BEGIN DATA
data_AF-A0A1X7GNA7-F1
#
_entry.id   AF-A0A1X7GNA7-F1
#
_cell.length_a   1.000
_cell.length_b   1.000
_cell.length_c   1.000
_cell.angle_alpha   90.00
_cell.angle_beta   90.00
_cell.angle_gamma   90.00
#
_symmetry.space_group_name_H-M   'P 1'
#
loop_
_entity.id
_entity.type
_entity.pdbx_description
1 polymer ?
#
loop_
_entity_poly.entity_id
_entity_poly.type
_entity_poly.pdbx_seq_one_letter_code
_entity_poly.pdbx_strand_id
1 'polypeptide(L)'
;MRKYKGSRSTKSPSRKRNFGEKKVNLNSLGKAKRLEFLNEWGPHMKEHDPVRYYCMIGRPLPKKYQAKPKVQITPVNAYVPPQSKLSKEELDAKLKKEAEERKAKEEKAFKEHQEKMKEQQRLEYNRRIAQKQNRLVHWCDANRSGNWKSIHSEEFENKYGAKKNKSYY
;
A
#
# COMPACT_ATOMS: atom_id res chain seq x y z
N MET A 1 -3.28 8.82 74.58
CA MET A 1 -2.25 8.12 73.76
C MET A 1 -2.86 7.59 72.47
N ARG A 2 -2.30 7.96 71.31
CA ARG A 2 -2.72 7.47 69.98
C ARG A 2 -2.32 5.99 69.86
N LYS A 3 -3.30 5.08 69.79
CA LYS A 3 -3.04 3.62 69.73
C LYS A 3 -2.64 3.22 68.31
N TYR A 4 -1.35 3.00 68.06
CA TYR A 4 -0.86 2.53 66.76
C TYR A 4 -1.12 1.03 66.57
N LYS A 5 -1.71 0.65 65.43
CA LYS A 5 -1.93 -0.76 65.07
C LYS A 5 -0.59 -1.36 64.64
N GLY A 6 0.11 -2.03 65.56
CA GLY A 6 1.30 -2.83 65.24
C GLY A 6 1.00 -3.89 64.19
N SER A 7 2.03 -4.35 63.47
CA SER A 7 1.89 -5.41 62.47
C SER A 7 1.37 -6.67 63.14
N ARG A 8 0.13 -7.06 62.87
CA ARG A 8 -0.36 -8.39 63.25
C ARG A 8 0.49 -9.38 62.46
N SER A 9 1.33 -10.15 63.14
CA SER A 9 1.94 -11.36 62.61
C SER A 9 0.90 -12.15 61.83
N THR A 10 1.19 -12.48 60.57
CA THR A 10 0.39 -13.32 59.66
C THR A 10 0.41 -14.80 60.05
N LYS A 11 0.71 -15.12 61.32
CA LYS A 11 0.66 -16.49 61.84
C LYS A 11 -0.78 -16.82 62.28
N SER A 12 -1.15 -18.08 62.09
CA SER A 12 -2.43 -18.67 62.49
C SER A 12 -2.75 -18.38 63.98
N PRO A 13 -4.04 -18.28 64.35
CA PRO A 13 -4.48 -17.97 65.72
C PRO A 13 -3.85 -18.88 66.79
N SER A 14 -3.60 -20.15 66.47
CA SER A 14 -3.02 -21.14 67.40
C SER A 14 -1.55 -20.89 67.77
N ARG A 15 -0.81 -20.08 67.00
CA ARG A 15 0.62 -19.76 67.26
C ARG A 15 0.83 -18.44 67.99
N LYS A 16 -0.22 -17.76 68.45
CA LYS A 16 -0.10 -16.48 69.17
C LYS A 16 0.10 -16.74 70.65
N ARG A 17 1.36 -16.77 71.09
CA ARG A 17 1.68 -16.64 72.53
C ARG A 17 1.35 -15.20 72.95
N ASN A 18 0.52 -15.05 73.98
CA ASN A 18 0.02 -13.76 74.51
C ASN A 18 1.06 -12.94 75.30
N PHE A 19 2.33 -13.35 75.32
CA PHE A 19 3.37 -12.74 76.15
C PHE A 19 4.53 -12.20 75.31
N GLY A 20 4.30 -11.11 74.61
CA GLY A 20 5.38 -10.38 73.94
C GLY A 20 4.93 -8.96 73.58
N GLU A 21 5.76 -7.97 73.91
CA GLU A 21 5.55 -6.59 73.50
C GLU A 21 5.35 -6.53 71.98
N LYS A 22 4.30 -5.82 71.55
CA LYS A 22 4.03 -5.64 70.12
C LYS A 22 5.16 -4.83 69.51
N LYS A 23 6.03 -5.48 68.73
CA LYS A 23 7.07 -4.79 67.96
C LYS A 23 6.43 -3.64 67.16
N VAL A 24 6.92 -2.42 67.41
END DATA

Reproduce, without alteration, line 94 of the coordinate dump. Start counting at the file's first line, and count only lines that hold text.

N LYS A 22 4.30 -5.82 71.55